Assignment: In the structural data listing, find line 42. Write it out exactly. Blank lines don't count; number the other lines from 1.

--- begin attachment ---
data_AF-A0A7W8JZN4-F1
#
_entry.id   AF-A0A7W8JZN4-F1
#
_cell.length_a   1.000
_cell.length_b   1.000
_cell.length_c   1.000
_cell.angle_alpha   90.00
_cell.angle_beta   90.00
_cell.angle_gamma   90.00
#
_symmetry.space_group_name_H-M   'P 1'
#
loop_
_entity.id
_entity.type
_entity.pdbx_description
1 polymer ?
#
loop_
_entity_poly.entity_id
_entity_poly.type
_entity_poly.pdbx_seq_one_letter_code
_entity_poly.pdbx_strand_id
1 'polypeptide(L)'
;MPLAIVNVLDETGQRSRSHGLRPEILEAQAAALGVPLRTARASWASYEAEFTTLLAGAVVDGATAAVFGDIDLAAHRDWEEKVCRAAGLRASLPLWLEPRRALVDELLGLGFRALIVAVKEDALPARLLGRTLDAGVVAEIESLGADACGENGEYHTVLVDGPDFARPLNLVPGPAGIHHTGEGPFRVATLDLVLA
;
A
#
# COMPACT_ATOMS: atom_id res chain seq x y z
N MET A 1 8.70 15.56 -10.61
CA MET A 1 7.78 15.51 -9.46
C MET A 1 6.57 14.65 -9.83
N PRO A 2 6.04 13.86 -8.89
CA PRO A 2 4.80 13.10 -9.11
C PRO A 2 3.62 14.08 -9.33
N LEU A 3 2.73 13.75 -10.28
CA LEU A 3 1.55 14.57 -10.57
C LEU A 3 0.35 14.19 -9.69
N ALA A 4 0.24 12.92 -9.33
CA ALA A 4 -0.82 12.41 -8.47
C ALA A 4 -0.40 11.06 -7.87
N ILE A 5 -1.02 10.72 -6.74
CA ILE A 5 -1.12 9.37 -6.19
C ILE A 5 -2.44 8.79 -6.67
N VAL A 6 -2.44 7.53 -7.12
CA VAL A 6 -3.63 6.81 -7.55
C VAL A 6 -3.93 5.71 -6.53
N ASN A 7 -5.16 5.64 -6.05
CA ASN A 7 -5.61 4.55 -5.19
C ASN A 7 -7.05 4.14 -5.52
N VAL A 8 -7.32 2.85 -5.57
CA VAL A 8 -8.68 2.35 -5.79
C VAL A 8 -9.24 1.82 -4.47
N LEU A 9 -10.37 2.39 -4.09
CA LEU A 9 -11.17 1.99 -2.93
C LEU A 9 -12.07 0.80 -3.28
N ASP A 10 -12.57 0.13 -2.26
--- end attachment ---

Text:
C ALA A 4 -0.40 11.06 -7.87